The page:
Celebrity Financial Adviser Kenneth Ira Starr Charged With Fraud

Kenneth Ira Starr, a financial adviser whose clients have included actor Sylvester Stallone, director Martin Scorsese and former Secretary of State Henry Kissinger, has been arrested on charges that he defrauded $30 million from clients, according to prosecutors.

According to the criminal complaint, one of Starr's chief alleged victims was celebrity jeweler Jacob Arabo, who lost $13.875 million in the alleged Ponzi scheme. Arabo, born Arabov, is better known as Jacob the Jeweler and is famous for the extravagant jewelry he creates for rap stars and other celebrities, The name "Jacob the Jeweler" is referenced in dozens of rap songs.

Starr, 65, of Manhattan, runs Starr Investment Advisors and manages more than $700 million in investments. He faces federal charges of wire fraud, investment adviser fraud and money laundering.

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Also charged in the case is Andrew Stein, the former borough president of Manhattan, who prosecutors say aided Starr in defrauding his clients.

The U.S. Securities and Exchange Commission also filed a civil lawsuit today against Starr, who is also a lawyer, claiming that he used his power of attorney or signatory authority over client accounts to cheat them out of funds that he then transferred to a personal account. The SEC says that Starr used these funds in April to purchase a $7.6 million luxury Manhattan apartment that features five bedrooms, a thirty-two-foot granite lap pool and a fifteen-hundred square-foot garden.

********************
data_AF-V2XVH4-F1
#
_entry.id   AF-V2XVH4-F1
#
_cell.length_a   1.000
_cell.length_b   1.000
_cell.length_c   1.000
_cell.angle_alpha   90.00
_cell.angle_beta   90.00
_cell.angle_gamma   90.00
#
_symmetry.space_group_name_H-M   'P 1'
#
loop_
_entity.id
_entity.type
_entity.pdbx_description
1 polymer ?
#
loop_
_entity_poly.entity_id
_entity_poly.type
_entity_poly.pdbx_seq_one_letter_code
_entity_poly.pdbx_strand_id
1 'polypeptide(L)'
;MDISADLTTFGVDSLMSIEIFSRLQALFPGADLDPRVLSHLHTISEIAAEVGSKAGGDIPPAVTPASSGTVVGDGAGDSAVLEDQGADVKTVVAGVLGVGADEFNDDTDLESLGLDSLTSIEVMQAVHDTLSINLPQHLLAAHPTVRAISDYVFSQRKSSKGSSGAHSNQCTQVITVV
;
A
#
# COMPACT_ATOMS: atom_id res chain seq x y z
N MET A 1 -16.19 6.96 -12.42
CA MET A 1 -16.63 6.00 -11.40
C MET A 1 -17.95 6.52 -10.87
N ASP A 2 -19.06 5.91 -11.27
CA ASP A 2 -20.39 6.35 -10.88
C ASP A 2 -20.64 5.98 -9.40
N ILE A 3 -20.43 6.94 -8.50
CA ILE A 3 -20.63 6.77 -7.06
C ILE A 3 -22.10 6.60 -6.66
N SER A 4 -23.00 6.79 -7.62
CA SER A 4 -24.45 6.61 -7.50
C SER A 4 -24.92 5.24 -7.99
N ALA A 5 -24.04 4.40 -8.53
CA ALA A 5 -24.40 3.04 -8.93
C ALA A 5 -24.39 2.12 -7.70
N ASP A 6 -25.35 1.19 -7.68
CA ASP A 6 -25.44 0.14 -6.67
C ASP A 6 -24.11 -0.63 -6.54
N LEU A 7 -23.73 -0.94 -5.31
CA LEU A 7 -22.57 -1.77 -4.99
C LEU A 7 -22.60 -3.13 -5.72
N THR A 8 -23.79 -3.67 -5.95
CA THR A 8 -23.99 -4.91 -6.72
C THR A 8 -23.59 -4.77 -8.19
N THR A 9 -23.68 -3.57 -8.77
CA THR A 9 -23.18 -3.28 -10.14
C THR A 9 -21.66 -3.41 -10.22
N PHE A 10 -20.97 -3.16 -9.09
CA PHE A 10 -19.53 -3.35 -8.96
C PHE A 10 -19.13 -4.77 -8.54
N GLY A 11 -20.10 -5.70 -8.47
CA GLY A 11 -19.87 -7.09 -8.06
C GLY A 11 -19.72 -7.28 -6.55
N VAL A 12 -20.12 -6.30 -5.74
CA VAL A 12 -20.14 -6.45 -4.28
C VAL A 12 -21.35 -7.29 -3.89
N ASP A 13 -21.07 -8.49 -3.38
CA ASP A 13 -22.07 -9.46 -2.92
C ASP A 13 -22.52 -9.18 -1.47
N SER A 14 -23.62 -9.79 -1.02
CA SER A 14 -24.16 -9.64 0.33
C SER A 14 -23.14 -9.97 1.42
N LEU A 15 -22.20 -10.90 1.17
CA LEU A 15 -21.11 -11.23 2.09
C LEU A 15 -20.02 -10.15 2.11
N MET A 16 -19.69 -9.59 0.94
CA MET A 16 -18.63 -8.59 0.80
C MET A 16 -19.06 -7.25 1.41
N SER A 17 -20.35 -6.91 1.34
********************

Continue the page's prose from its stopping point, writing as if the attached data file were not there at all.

According to the criminal complaint, the day after Starr and Jacob "the Jeweler" Arobo met at a 2006 charity event, according to the complaint, Starr bought a $70,000 watch in Arabo's store. Soon they were meeting once a week and developed a close personal relationship, and Arabo allegedly considered Starr "like a brother." In all, Starr bought more than $400,000 in jewelry from Arabo.

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Arabo was arrested on federal money laundering charges in 2006 and ultimately pleaded guilty to lesser charges. He was sentenced to 30 months in prison. During 2008, before he began serving his sentence, according to the complaint, he decided to entrust his money to Starr, who assured him his wife would be "very rich" in his absence. Jacob invested about $13.875 million without reading a document or having a lawyer look at it because he considered Starr a friend.

Only after Arabo began serving his sentence in January 2009, according to the complaint, did his wife notice that something was amiss with the finances. She began asking Starr for documentation for tax purposes and was not satisfied with his answers. She also told investigators she was unable to get Starr to return any funds to her. She and her husband then began recording conversations with Starr, which they have turned over to federal investigators.

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